Written by Kari Gardo, Senior Honors student at Western Carolina University
The following is an abstract of a longer research paper written for Robert Ferguson’s History class. If you would like more information please email him at firstname.lastname@example.org.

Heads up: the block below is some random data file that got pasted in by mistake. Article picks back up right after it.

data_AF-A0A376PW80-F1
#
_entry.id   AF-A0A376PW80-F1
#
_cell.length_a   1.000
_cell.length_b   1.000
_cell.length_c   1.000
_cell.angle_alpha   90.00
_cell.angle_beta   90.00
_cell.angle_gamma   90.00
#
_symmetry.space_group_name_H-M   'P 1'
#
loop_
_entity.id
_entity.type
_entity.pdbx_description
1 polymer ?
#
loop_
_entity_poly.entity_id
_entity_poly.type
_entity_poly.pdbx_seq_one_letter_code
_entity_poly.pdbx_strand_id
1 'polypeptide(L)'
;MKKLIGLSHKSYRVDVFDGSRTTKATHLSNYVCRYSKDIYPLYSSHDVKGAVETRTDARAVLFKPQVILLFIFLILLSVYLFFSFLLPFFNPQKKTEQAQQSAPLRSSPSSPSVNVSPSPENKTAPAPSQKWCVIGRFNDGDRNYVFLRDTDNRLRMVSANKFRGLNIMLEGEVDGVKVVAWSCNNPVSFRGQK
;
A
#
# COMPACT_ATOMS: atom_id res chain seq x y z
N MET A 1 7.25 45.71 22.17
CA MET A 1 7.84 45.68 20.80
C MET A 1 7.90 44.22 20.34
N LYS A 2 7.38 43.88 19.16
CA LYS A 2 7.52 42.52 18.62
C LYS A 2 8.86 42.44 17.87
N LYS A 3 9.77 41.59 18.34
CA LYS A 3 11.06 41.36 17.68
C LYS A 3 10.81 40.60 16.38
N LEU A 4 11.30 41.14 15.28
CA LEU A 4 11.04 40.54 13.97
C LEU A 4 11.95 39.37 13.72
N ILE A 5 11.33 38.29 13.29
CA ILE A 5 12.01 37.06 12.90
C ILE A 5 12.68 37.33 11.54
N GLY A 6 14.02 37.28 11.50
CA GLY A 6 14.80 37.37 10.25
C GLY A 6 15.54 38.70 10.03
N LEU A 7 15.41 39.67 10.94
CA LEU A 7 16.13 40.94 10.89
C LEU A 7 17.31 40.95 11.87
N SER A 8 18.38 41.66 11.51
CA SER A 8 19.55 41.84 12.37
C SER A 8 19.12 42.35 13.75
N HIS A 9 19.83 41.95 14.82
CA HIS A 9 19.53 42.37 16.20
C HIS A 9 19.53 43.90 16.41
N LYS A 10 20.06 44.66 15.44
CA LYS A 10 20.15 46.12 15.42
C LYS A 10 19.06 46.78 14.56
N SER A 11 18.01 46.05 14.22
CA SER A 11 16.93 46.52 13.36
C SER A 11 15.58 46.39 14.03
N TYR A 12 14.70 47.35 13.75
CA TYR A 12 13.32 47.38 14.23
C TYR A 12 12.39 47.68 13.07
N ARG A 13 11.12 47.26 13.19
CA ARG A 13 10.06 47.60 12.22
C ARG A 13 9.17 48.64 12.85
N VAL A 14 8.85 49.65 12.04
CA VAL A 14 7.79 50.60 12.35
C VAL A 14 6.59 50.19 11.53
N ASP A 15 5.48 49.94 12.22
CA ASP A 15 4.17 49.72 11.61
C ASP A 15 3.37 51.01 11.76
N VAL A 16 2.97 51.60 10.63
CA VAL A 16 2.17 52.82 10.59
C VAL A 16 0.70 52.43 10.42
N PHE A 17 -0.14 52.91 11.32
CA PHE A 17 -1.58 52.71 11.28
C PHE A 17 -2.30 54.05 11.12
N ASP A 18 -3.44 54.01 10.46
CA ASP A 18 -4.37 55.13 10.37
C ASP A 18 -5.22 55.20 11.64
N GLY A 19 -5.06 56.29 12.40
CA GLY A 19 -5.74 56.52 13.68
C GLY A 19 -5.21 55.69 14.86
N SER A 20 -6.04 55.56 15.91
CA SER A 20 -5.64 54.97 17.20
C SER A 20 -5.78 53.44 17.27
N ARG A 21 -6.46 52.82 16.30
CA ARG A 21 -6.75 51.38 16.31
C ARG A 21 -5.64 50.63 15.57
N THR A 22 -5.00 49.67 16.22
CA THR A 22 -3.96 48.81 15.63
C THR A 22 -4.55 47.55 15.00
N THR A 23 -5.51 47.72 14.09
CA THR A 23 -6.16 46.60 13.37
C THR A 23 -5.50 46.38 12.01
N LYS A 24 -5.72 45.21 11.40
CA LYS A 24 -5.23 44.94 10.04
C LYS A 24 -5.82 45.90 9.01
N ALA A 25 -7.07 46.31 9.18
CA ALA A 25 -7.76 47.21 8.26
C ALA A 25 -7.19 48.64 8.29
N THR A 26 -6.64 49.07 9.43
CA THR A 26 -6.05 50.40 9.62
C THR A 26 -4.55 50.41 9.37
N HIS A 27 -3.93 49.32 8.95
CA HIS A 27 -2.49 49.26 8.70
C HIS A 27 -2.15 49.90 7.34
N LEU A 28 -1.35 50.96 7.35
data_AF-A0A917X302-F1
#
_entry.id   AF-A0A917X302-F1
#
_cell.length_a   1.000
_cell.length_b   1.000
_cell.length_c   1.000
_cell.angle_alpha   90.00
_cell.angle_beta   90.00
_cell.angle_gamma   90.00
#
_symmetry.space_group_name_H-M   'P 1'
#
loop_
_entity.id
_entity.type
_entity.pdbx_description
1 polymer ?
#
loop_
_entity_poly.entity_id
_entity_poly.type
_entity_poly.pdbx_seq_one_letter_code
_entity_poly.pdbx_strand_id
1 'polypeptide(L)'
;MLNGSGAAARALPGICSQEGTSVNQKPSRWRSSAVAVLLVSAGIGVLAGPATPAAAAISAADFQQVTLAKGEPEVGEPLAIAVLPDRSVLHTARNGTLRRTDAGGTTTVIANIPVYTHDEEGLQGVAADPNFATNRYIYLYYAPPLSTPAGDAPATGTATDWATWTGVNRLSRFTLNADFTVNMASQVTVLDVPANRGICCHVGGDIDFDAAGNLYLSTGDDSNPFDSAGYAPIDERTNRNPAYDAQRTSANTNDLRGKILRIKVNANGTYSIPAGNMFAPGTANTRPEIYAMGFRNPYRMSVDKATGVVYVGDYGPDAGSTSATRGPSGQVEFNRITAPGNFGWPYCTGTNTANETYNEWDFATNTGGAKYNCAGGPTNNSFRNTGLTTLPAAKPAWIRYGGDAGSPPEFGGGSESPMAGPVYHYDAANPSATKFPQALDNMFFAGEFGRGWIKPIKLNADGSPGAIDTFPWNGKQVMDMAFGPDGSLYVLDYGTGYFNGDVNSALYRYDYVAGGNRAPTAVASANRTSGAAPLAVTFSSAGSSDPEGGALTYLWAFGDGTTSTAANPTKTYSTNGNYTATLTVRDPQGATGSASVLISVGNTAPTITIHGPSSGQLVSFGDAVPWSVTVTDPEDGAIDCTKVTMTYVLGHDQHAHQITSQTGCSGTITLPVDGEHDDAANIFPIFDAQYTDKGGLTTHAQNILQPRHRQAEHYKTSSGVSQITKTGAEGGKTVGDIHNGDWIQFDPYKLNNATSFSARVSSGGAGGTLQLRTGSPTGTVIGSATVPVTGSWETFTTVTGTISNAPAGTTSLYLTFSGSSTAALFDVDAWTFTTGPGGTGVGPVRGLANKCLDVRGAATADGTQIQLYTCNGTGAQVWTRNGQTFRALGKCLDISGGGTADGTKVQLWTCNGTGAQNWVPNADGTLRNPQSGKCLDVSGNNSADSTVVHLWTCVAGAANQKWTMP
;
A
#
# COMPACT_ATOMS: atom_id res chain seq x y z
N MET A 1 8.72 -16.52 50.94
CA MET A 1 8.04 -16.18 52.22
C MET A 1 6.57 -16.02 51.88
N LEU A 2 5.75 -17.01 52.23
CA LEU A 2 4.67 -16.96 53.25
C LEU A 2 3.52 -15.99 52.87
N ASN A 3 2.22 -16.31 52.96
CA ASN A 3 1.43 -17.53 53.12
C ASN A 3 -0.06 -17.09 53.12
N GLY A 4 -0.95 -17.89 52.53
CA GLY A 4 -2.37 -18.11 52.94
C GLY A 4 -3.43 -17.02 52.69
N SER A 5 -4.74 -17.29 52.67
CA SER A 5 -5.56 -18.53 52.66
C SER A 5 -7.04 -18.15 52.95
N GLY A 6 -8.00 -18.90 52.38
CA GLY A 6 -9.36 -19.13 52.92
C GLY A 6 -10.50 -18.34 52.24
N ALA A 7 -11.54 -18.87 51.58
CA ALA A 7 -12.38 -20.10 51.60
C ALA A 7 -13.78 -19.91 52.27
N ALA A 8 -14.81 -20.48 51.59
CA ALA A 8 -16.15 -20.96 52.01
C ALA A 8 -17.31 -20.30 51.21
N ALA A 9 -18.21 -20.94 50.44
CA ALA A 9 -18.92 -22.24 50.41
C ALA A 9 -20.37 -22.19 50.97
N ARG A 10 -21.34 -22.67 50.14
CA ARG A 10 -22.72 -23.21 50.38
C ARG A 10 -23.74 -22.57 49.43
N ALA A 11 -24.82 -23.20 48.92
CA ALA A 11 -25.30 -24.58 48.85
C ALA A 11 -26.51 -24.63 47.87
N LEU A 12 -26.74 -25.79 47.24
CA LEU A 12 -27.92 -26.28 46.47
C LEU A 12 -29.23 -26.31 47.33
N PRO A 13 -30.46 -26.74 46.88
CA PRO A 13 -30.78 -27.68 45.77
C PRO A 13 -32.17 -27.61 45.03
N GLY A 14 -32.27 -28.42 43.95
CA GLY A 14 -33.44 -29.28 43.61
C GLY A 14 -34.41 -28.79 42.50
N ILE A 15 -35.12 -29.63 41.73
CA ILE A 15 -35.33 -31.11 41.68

The women of Gee’s Bend, Alabama use the handicraft of quilting to create beautifully prosaic objects that served the practical purpose of keeping family warm in the winter. However, they became an overnight phenomenon that swept the nation that became enamored of African American southern vernacular traditions. In the small, economically depressed town of Gee’s Bend, these women turned to their hands to generate profit for their community. What began as a community quilting bee, quickly turned into an art phenomenon for collectors, viewers, and critics alike. Using fabric from old clothes, within the quilts the viewer can see the years of hard labor embedded in the worn scraps of working clothes. When the quilts caught the public eye, they were first largely dismissed as a craft to keep women busy. However, it’s implementation into museums by a determined preacher, the women of Gee’s Bend were able to change the foundations of art history and forge a space for Black creators within elite art spaces. These quilts went on to be reproduced at famous department stores and made into stamps by the United States Postal Service, labeled as an “American Treasure.” The women of Gee’s Bend took the art world on a journey through the home, public eye, and community, in order to find if quilts are meant to be practical or if they are meant to be in a gallery. They have transcended the traditional critique of art and have turned it towards the direction of cultural appreciation with something that originally held no artistic value to them.